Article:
The Enterprise Security Risk Management approach is built on the foundation of taking a holistic view of organizations and the varied risks they face. This requires cross-functional communication and collaboration to adequately assess, mitigate and manage security risks. 

 

Unfortunately, many people still see their organization as lacking sufficient knowledge sharing and collaboration between different departments. This has significant consequences to business operations, with silos leading to communication and productivity problems and failures. 

 

The problem is particularly pronounced for security risks, with the increasing complexity of threats organizations are facing, and the impact of those threats growing exponentially due to our interconnected world.

 

How is your organization reducing functional silos and increasing collaboration?

Security Risk Management Silo Problem

How do you begin to understand your security risk culture?

As the old adage goes, “culture eats strategy for breakfast”. A great security risk management strategy will go nowhere if your organization doesn’t have the right culture to implement it.

So how do you go about understanding what your culture is, and what the gaps are between this and where you want to be? Chances are, you’ve already got the data you need to back up what you’ve seen from your experiences and conversations. You can use this data to highlight behaviors, outcomes, trends and hotspots in your organization’s security risk management.

 How have you addressed understanding and changing security culture in your organization?

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As terror threats grow in complexity organizations need to continuously revise their security analysis and measures

Findings from Europol’s recently-released 2019 EU Terrorism Situation and Trend Report underline the continuing need for organizations to keep their responsibility as employers at the forefront.

 

Typically, duty of care is mostly discussed in the context of employee travel, but we believe it needs to be a larger part of all security conversations as organizations improve and revise their current mitigation measures. The threat from terrorist attacks in the EU remains high, as perpetrators have shifted focus away from conflict zones. The most disturbing finding of the report is that terrorist capabilities seem to have grown to include the use of CBRN weapons.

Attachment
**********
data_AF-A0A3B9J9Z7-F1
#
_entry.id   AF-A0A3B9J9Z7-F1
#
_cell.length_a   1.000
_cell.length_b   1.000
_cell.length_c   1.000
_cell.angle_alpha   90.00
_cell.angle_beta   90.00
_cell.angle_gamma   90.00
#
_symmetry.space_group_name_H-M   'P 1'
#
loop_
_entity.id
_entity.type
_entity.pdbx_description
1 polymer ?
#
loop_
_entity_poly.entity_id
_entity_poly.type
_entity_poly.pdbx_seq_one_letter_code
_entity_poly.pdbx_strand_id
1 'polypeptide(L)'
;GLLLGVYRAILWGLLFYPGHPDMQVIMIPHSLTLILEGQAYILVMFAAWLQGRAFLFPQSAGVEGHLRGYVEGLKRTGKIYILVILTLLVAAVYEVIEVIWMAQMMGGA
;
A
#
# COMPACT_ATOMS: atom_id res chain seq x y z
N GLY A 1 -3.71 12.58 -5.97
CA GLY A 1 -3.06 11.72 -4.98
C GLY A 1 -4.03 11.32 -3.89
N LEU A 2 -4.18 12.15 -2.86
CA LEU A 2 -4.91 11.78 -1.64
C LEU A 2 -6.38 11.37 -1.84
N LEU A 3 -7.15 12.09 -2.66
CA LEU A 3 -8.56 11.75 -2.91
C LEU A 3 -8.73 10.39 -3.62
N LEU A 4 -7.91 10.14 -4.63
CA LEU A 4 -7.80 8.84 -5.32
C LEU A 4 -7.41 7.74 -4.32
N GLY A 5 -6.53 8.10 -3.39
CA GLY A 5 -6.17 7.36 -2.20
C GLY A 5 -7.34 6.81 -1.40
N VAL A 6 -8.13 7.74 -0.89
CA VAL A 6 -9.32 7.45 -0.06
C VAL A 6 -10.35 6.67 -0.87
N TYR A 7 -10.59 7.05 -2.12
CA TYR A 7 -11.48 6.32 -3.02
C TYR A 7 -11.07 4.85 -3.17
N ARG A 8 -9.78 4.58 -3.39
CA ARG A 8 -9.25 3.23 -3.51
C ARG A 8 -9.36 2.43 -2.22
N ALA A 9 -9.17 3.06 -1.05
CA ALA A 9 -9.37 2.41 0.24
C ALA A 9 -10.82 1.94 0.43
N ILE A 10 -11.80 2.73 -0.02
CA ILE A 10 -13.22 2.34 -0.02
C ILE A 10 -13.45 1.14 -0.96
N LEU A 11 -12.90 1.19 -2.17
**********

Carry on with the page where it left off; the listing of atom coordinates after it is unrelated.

While the total number of attacks (foiled, failed and completed) has dropped from 2017 to 2018, the increased complexity of the threat, the growth in right-wing terrorism and the shifting power balance between Islamic State and Al-Qaeda demands attention. To combat these future threats organizations need to conduct continuous intelligence analyses and revise current mitigation measures to ensure the safety of all employees and assets.

You can read the full report here

Are you using data operationally, or are you using data to improve business performance?

New research from Marsh and RIMS shows the majority of Risk Managers are using risk management data for operational tasks such as insurance renewal decisions, providing data to external parties and for ad-hoc enquiries and situations. Only a minority are using data to support strategic planning, improving long-term operational performance and making adjustments to risk management strategy.

How do you use risk management data in your organization, and does it align with your security risk management goals?

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Cloud-based solutions are delivering growth and improved security

This week we’ve been reading McAfee’s latest research report on the benefits businesses have derived from using cloud-based solutions.

We were excited to see the results showing that cloud infrastructure is leagues ahead of on-premise performance!

The survey covered 1000+ enterprises in 11 countries from March to May this year and found that the vast majority of companies (87%) experienced a form of business acceleration from growth, productivity gains and time to market improvements. In fact 41% experienced a direct link between business growth and their use of cloud services.

What stuck out most to us were the security improvements that many businesses experienced. Microsoft and other cloud hosting providers are investing heavily in security, often significantly more than the businesses they serve. We see a clear benefit for companies to leverage these services and take advantage of this enhanced security, especially to address growing cybersecurity threats. Indeed, 52% of the businesses surveyed experienced improved security, 44% had improved collaboration and 57% reduced IT spending by using cloud-based services!

 

You can read the full report here 

Image Courtesy of McAfee

Image Courtesy of McAfee